I will never forget the moment I learned that openly gay diver Matthew Mitcham had won Olympic gold. I was sitting in the Washington Plaza Hotel waiting to head to the annual NLGJA convention. I would be, fittingly, sitting on a panel to talk about covering LGBT athletes. To a lot of Americans that moment meant nothing. To me, it was the gay Jesse Owens moment for which I had been longing so many years.

When Simone Manuel, a black woman, won Olympic swimming gold last night in the 100-meter freestyle, she created a moment for black Americans that I hope we can all appreciate.

While we have become accustomed to black athletes dominating the stands in sports like track and field and basketball, swimming has eluded them for many historical reasons, going back to segregation laws that largely barred them from public pools and other swimming facilities. Last night Manuel was, it seems impossible to believe, the first black American woman to stand on the top podium in an individual swimming event at the Olympics, just like Mitcham was the first out gay man to do so eight years ago.

Yet Manuel may be more like a Michael Sam than a Matthew Mitcham. The idea of a gay diver is nothing new. While he was closeted at the time, Greg Louganis, arguably the greatest Olympic diver in history, was gay and came out publicly years after his final Olympic dive. Now Tom Daley, an Olympic bronze medalist, and Brazil's Ian Matos are both out in the Rio pool. A gay diver doesn't exactly undermine stereotypes the way a gay NFL player does.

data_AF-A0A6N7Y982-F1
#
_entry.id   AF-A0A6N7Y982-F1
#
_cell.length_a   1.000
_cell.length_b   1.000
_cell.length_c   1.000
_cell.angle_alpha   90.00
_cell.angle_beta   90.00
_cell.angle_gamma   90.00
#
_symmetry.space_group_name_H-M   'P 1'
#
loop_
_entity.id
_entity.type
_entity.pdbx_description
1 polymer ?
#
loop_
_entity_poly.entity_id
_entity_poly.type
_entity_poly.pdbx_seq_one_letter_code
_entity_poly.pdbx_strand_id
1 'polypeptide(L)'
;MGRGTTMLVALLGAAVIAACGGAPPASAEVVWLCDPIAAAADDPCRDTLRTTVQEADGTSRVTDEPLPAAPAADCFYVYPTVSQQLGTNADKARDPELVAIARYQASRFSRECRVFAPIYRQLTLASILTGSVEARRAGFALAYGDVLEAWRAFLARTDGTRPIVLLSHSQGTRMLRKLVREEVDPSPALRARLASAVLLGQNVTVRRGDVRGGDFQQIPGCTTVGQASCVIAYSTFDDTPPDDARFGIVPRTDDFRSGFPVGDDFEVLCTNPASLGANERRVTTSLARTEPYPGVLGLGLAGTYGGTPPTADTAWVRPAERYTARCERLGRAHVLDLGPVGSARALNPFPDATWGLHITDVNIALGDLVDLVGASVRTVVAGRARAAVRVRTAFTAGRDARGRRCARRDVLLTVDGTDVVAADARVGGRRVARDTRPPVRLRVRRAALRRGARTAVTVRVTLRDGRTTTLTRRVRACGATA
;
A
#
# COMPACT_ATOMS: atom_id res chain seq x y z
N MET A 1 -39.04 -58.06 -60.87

It was only this year that I learned about the stereotype that black people cannot swim. The first time I heard about it, in the journalism class I teach at the Univ. of Florida, I thought it was a joke. Natalie Hinds, a student in the class and a swimmer at Florida, made me realize it's no joke with some important and passionate thoughts about her experiences as a black woman in the lily-white sport of swimming. Hinds, a two-time SEC Champion in the 100-meter free, woke me up to the continuing struggles that black people face in various sports.

The black community has seen this before over the last two decades. When Tiger Woods burst onto the scene at Augusta National, suddenly the white strangle-hold on that sport softened. When Tony Dungy led the Indianapolis Colts to a Super Bowl win, suddenly black football coaches could reach for the same stars that their white counterparts had aspired to for years.

While we all smiled last night as the "Star-Spangled Banner" played for Manuel, it's fitting that some Americans, probably mostly black Americans, shed a tear as well. Becoming an Olympic swimming champion seems even more possible for every black girl — and boy — in America. That it took until 2016 may be something we should all shed a tear about, too.

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